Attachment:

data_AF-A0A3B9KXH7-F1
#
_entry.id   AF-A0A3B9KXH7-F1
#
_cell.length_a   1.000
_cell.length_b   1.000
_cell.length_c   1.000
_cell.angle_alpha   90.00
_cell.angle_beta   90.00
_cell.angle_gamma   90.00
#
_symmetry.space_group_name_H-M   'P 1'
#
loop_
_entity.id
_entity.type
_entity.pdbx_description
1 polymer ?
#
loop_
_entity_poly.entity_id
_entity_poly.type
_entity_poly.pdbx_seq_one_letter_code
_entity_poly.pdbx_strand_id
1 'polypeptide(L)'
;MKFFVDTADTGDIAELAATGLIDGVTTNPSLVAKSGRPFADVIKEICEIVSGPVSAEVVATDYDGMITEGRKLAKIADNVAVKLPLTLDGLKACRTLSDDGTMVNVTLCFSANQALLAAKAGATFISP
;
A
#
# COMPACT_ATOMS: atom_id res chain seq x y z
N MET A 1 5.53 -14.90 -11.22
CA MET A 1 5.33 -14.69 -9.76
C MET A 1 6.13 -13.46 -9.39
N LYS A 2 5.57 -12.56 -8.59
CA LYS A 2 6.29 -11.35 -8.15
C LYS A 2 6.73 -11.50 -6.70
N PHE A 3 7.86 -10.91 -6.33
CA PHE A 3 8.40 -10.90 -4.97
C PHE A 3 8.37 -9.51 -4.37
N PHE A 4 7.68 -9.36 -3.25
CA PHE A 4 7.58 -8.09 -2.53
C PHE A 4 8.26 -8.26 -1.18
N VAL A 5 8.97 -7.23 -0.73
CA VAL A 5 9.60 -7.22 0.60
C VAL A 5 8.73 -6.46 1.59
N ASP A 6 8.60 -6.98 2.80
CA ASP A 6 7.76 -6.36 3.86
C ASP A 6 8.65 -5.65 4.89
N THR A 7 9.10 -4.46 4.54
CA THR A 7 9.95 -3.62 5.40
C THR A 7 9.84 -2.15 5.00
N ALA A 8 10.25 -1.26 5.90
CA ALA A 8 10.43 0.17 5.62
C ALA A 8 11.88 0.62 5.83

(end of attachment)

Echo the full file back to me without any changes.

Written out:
data_AF-A0A3B9KXH7-F1
#
_entry.id   AF-A0A3B9KXH7-F1
#
_cell.length_a   1.000
_cell.length_b   1.000
_cell.length_c   1.000
_cell.angle_alpha   90.00
_cell.angle_beta   90.00
_cell.angle_gamma   90.00
#
_symmetry.space_group_name_H-M   'P 1'
#
loop_
_entity.id
_entity.type
_entity.pdbx_description
1 polymer ?
#
loop_
_entity_poly.entity_id
_entity_poly.type
_entity_poly.pdbx_seq_one_letter_code
_entity_poly.pdbx_strand_id
1 'polypeptide(L)'
;MKFFVDTADTGDIAELAATGLIDGVTTNPSLVAKSGRPFADVIKEICEIVSGPVSAEVVATDYDGMITEGRKLAKIADNVAVKLPLTLDGLKACRTLSDDGTMVNVTLCFSANQALLAAKAGATFISP
;
A
#
# COMPACT_ATOMS: atom_id res chain seq x y z
N MET A 1 5.53 -14.90 -11.22
CA MET A 1 5.33 -14.69 -9.76
C MET A 1 6.13 -13.46 -9.39
N LYS A 2 5.57 -12.56 -8.59
CA LYS A 2 6.29 -11.35 -8.15
C LYS A 2 6.73 -11.50 -6.70
N PHE A 3 7.86 -10.91 -6.33
CA PHE A 3 8.40 -10.90 -4.97
C PHE A 3 8.37 -9.51 -4.37
N PHE A 4 7.68 -9.36 -3.25
CA PHE A 4 7.58 -8.09 -2.53
C PHE A 4 8.26 -8.26 -1.18
N VAL A 5 8.97 -7.23 -0.73
CA VAL A 5 9.60 -7.22 0.60
C VAL A 5 8.73 -6.46 1.59
N ASP A 6 8.60 -6.98 2.80
CA ASP A 6 7.76 -6.36 3.86
C ASP A 6 8.65 -5.65 4.89
N THR A 7 9.10 -4.46 4.54
CA THR A 7 9.95 -3.62 5.40
C THR A 7 9.84 -2.15 5.00
N ALA A 8 10.25 -1.26 5.90
CA ALA A 8 10.43 0.17 5.62
C ALA A 8 11.88 0.62 5.83